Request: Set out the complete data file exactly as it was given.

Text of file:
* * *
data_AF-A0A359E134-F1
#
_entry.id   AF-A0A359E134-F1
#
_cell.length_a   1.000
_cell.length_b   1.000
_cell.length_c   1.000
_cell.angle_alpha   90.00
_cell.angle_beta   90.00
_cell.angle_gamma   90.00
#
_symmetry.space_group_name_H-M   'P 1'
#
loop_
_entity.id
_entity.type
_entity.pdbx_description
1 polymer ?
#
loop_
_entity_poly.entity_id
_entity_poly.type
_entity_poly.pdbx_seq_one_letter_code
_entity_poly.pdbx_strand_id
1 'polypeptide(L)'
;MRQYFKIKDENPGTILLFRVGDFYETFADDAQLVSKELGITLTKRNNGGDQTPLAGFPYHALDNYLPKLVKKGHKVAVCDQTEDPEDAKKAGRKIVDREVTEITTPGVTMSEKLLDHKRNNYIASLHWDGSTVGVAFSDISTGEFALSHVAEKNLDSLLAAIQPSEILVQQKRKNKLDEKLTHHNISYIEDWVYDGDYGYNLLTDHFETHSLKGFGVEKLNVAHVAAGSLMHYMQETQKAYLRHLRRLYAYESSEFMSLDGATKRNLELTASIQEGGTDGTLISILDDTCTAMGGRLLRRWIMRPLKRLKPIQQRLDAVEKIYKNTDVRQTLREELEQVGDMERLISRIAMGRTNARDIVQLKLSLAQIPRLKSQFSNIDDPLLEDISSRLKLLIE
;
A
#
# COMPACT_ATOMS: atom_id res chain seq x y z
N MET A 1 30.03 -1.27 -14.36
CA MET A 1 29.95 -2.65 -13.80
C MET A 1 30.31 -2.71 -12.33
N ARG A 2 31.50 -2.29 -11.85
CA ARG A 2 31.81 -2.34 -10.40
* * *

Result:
data_AF-A0A359E134-F1
#
_entry.id   AF-A0A359E134-F1
#
_cell.length_a   1.000
_cell.length_b   1.000
_cell.length_c   1.000
_cell.angle_alpha   90.00
_cell.angle_beta   90.00
_cell.angle_gamma   90.00
#
_symmetry.space_group_name_H-M   'P 1'
#
loop_
_entity.id
_entity.type
_entity.pdbx_description
1 polymer ?
#
loop_
_entity_poly.entity_id
_entity_poly.type
_entity_poly.pdbx_seq_one_letter_code
_entity_poly.pdbx_strand_id
1 'polypeptide(L)'
;MRQYFKIKDENPGTILLFRVGDFYETFADDAQLVSKELGITLTKRNNGGDQTPLAGFPYHALDNYLPKLVKKGHKVAVCDQTEDPEDAKKAGRKIVDREVTEITTPGVTMSEKLLDHKRNNYIASLHWDGSTVGVAFSDISTGEFALSHVAEKNLDSLLAAIQPSEILVQQKRKNKLDEKLTHHNISYIEDWVYDGDYGYNLLTDHFETHSLKGFGVEKLNVAHVAAGSLMHYMQETQKAYLRHLRRLYAYESSEFMSLDGATKRNLELTASIQEGGTDGTLISILDDTCTAMGGRLLRRWIMRPLKRLKPIQQRLDAVEKIYKNTDVRQTLREELEQVGDMERLISRIAMGRTNARDIVQLKLSLAQIPRLKSQFSNIDDPLLEDISSRLKLLIE
;
A
#
# COMPACT_ATOMS: atom_id res chain seq x y z
N MET A 1 30.03 -1.27 -14.36
CA MET A 1 29.95 -2.65 -13.80
C MET A 1 30.31 -2.71 -12.33
N ARG A 2 31.50 -2.29 -11.85
CA ARG A 2 31.81 -2.34 -10.40